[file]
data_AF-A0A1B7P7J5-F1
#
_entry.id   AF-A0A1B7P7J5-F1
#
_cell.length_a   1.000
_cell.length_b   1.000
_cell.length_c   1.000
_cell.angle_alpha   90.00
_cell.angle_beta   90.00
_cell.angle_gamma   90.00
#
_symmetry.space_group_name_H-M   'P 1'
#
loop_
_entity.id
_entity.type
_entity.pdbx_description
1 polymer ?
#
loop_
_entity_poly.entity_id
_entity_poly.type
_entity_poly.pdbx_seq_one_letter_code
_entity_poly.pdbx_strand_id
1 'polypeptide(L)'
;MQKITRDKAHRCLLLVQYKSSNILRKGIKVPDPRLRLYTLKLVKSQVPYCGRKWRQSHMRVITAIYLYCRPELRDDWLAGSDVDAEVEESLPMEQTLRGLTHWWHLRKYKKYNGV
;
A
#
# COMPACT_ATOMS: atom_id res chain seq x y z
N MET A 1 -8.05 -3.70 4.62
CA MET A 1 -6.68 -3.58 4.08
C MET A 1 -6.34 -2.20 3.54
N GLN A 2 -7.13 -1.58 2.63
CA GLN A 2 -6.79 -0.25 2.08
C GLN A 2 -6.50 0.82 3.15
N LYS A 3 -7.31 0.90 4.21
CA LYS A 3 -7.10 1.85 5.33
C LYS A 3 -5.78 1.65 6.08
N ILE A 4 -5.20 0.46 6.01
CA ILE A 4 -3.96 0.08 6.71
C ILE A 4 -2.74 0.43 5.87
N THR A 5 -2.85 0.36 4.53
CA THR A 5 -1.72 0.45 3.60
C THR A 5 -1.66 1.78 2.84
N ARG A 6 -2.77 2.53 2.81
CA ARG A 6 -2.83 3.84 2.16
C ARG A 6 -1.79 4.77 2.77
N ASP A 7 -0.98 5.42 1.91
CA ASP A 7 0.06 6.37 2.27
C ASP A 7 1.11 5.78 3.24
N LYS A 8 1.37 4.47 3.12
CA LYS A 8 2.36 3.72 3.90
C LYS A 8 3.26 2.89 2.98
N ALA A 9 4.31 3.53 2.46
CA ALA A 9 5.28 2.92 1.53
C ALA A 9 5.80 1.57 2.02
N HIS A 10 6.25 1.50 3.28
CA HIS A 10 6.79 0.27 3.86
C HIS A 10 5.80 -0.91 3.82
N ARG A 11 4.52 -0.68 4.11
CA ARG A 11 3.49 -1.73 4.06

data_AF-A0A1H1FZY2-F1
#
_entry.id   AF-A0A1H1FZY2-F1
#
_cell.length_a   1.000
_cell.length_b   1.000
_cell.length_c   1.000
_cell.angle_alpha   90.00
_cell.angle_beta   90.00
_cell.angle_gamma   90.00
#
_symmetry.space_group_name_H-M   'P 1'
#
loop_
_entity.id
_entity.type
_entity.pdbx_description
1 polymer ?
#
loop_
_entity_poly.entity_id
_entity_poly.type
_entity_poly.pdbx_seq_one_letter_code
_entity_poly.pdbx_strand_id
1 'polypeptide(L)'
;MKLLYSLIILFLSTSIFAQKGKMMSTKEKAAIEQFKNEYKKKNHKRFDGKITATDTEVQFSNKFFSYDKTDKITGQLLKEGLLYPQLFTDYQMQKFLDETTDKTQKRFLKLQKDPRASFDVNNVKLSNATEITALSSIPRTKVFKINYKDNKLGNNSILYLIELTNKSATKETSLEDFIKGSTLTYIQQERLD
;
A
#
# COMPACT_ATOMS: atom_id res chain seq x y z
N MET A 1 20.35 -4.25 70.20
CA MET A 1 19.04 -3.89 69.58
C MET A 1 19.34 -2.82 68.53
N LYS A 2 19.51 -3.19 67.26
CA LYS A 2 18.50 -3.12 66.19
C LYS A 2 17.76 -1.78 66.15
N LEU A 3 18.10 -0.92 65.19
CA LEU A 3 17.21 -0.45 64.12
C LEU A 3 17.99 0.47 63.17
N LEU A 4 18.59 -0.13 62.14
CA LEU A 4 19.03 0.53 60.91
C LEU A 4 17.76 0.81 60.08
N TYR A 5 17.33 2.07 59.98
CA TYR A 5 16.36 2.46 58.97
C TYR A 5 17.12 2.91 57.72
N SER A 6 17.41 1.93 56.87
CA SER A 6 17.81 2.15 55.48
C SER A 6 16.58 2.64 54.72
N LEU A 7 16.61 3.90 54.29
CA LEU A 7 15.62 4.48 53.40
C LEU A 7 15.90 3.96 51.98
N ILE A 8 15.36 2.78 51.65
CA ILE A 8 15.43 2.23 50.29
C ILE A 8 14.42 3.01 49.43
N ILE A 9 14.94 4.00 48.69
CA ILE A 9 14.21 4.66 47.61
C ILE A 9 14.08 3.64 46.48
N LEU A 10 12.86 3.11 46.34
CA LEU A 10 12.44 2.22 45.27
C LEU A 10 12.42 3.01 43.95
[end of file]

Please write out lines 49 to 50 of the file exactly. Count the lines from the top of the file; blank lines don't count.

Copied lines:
N ASP A 7 -0.98 5.42 1.91
CA ASP A 7 0.06 6.37 2.27